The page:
WEATHERFORD, Okla. - 18-month-old Sawyer Ralston expects to be the center of attention.
The cute, little boy lives with his grandparents along with a half-dozen doting aunts and uncles who cheer him on when he's cruising around his Weatherford home.
Sawyer was just getting the hang of walking in the fall of 2017 when his grandparents, Alison and Brandon Hooper, said his development went into reverse.
"He stopped crawling completely, and he stopped walking," Alison said.
She said he was dehydrated when doctors decided to hospitalize Sawyer and run a battery of tests. They eventually found a tumor at the base of his brain.
"It was fairly big," said Dr. Renee McNall-Knapp, from Jimmy Everest Cancer Center. "The size of a golf ball but, in a kid's size head, that's pretty big."
"Once she told us it was cancer, we just prayed," said Sawyer's grandpa, Brandon. "Lots and lots of prayer."
Fortunately, surgeons at Jimmy Everest Cancer Center skillfully removed the entire tumor, leaving a long scar down the back of Sawyer's head, which is already fading. That wasn't the end of his medical story.
"Unfortunately, it's a kind of malignant brain tumor called an ependymoma, and that type of tumor tends to come back locally and just keep coming back locally," McNall-Knapp said.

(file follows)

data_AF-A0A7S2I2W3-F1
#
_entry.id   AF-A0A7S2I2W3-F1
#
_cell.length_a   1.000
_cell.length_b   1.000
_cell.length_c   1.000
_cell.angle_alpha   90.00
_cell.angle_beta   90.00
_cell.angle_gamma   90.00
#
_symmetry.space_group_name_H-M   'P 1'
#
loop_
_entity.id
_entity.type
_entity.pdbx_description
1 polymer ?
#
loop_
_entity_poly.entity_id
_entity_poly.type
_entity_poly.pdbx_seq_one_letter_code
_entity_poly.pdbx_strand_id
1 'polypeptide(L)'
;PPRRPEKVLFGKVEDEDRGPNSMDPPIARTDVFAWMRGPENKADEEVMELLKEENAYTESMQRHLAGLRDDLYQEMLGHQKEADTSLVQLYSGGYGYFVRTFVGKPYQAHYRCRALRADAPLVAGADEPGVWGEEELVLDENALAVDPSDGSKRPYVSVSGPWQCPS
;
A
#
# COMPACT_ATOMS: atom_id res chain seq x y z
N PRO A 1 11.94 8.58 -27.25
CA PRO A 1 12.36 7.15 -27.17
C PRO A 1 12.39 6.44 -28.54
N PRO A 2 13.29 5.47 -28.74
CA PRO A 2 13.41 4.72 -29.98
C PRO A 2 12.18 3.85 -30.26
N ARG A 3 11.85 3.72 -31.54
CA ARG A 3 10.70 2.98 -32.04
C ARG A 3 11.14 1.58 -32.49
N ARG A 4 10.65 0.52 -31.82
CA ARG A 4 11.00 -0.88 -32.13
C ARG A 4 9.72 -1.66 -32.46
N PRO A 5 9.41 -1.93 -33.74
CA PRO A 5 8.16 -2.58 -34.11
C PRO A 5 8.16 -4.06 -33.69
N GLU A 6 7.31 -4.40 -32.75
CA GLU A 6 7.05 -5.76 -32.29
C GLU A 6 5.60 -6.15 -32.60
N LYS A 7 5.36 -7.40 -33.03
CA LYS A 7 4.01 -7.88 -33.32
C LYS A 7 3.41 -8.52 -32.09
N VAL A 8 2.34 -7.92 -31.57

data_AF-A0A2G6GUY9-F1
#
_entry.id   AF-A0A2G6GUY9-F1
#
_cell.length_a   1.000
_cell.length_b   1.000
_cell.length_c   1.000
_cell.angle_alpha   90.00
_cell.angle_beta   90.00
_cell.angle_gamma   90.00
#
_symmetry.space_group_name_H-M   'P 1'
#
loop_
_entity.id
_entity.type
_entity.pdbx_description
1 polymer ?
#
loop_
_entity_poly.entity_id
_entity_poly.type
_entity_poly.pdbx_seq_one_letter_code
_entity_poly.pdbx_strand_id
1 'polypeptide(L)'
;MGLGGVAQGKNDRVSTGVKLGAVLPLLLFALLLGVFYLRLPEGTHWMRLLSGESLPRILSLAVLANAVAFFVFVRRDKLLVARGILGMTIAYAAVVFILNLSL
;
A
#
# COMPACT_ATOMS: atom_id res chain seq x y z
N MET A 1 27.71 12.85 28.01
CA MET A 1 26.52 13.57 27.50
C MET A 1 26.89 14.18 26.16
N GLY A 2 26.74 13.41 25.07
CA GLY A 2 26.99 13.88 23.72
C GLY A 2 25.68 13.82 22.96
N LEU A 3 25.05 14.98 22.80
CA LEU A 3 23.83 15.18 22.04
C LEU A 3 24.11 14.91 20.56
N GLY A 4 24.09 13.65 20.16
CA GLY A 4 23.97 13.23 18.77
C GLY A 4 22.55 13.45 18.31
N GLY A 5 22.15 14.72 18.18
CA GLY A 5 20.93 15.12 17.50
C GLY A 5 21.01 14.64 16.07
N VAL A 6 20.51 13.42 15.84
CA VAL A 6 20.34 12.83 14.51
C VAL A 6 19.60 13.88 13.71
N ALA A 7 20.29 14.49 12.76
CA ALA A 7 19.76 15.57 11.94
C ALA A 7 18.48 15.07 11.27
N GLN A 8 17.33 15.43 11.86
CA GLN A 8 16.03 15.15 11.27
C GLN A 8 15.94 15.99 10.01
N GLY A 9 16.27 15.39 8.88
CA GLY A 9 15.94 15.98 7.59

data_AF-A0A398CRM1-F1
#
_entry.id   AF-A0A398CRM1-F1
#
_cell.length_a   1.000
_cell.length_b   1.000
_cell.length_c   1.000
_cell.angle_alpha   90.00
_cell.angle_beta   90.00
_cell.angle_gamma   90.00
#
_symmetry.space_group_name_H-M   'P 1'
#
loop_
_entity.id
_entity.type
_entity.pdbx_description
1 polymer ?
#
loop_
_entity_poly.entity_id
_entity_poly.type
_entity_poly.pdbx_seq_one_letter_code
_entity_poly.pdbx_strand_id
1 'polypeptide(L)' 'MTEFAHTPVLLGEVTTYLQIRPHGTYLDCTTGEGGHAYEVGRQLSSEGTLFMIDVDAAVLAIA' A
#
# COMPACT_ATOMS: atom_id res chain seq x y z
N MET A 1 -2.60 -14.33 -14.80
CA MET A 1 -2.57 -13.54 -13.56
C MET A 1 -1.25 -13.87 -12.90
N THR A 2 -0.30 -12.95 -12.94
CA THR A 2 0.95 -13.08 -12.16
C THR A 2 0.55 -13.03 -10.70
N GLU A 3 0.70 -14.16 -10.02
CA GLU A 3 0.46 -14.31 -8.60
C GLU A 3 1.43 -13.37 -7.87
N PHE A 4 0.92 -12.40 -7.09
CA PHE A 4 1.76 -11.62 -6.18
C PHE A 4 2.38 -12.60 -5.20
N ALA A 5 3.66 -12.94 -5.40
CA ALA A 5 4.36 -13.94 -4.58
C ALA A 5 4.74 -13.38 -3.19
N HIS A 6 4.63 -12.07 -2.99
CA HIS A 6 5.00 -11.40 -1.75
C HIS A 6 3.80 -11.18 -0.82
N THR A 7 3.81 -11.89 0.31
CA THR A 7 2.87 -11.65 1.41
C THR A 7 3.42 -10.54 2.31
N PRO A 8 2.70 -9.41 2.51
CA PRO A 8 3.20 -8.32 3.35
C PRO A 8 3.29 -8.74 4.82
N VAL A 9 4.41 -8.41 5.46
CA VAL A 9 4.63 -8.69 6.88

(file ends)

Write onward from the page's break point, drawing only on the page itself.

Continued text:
That meant radiation for little Sawyer, and he's part of a clinical trial which includes chemotherapy that's physically very hard on him and, in turn, hard on his family.
The chemotherapy has already caused some high frequency hearing loss.
It's a tight-rope walk for the family because they're hoping the therapy he's receiving in the clinical trial will improve his long-term survival without causing too many side effects.
Sawyer's family is grateful for the care and caution from doctors at Jimmy Everest Cancer Center.
"We just hold him and love him everyday, and that's all we can do is love him. He's bossy, energetic, a cuddle bug and very lovable."
McNall-Knapp agrees, saying simply "he's adorable."
If you want to help kids like Sawyer fight cancer, consider donating to JECFriends.org.
'Kids with Courage' is sponsored by the Jimmy Everest Center.